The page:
There are 13 species of bats in Florida; several of these, including little brown and big brown bats, may be found in residential homes and businesses.
Bat problems fall into one of three categories: roosting bats, a lone bat in the living area of a home, and bats flying around the house. If a bat is identified in the living area of the home, it can be legally be trapped and removed.
During maternity season (usually mid-April to mid-August), it is illegal to remove or exclude bats. After maternity season, the wildlife technician removes bats by installing a one-way bat valve. That allows the bats to safely leave your home but prevents them from re-entering.
Here’s what you need to know about a bat infestation. Plus, how to make your home a bat-free zone.
We will use a bat valve that allows bats to exit your home but prevents re-entry. When it comes to removal, the size of the colony matters. Most colonies only need one bat value, but we will determine the appropriate amount with an inspection. In most cases, we can remove the entire colony within three to seven days.
After confirming the bats have left the building, we will complete a full home exclusion to prevent future flying guests. This involves closing up any possible points of entry with sealant or wire mesh. Other prevention methods include keeping outside lights turned off at night to avoid attracting insects and minimizing water sources on your property.
Finally, it’s time to reclaim your home. The accumulation of bat guano can be a significant issue. Bat guano can weaken the phyiscal structure of your home. It can also seep into your ceililng and walls leaving stains and creating unpleasant odors. The fungus Histoplasma can live in bat poop. The fungus can cause an airborn infection called Histoplasmosis. We remove the guano and sanitize the are to protect your health. We also apply ectoparasite treatments to exterminate fleas, ticks, or mites.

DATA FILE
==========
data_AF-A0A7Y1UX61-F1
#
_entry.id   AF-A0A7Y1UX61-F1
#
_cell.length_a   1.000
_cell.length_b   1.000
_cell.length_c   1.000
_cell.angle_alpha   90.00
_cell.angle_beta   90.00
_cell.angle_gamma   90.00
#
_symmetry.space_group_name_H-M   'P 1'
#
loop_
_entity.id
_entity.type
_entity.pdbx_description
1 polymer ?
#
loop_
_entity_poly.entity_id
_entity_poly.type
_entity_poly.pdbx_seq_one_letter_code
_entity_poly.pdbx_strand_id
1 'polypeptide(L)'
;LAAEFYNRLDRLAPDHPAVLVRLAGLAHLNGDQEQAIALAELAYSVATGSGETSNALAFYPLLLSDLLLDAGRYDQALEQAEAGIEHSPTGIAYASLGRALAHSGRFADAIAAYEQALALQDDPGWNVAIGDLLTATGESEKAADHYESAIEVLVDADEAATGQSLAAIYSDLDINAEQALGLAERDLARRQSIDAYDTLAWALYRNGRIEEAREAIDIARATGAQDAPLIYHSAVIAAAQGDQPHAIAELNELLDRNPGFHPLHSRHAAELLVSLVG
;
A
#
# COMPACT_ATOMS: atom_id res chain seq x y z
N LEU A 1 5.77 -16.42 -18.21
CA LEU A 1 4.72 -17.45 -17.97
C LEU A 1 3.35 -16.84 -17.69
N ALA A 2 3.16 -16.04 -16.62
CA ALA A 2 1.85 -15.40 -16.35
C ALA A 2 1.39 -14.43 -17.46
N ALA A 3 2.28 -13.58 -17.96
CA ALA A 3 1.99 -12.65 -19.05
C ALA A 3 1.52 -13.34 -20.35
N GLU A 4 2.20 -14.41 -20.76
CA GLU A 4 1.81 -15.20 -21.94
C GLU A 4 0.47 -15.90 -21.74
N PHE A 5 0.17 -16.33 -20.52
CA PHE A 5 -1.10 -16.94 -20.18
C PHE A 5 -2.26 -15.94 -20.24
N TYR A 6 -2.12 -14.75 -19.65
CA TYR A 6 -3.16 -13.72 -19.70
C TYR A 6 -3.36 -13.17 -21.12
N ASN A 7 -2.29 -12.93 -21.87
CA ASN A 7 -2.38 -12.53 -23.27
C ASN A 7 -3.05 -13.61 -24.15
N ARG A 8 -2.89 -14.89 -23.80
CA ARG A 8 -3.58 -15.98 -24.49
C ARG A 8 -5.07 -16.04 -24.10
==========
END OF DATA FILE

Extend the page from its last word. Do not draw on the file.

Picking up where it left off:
Bats in the House
Signs of Bat Infestation
Of the thirteen bat species in Florida, the Little Brown Bat and Big Brown Bat are most likely to roost in your attic. Although each species is different, the first signs of a bat infestation are typically scratching sounds in the attic or within your walls. Noxious smells coming from your attic might indicate a problem. Finally, dropping and stains on the side of your house is another possible indicator of bats.
If you suspect bats, it’s time to conduct a bat watch. A bat watch involves monitoring your home from the outside around sunset. As the sun sets, you might spot bats flying out of your home to start their nocturnal activities.
Problems with Bats
Unlike other pest animals, bats cannot create their own entry point. So if they do find their way in, bats will not gnaw or tear apart anything in your attic.
Bat guano and urine can damage your home. Bat urine contains high concentrations of uric acid which can corrode metal. Bat urine also causes the etching of polished surfaces and staining of light-colored fabric and porous stone such as marble and alabaster. Similarly, bat droppings contain potassium, ammonium, and phosphate. The combination of these elements and moisture can lead to corrosion and wood rot.
Finally, bat droppings and urine can stain your wall and create strong odors.
Unfortunately, bats can spread diseases and cause significant damage to your home. The bulk of the threat comes from bat droppings, otherwise known as guano. With guano in your home, you are at risk of respiratory diseases like histoplasmosis. Beyond the diseases spread through guano, the sheer weight of it can cause structural damage in your home. The seeping excrement can also stain walls, ceilings, and floors.
In addition to guano produced by bats, the bats themselves carry diseases like rabies. With that, it’s clear that bats in your home present a risk to both your health and the integrity of your home.
Call Trutech IN
At Trutech, we have the expertise to handle any nuisance wildlife problem you may have.
Our professional team of licensed technicians will quickly and humanely handle your wildlife needs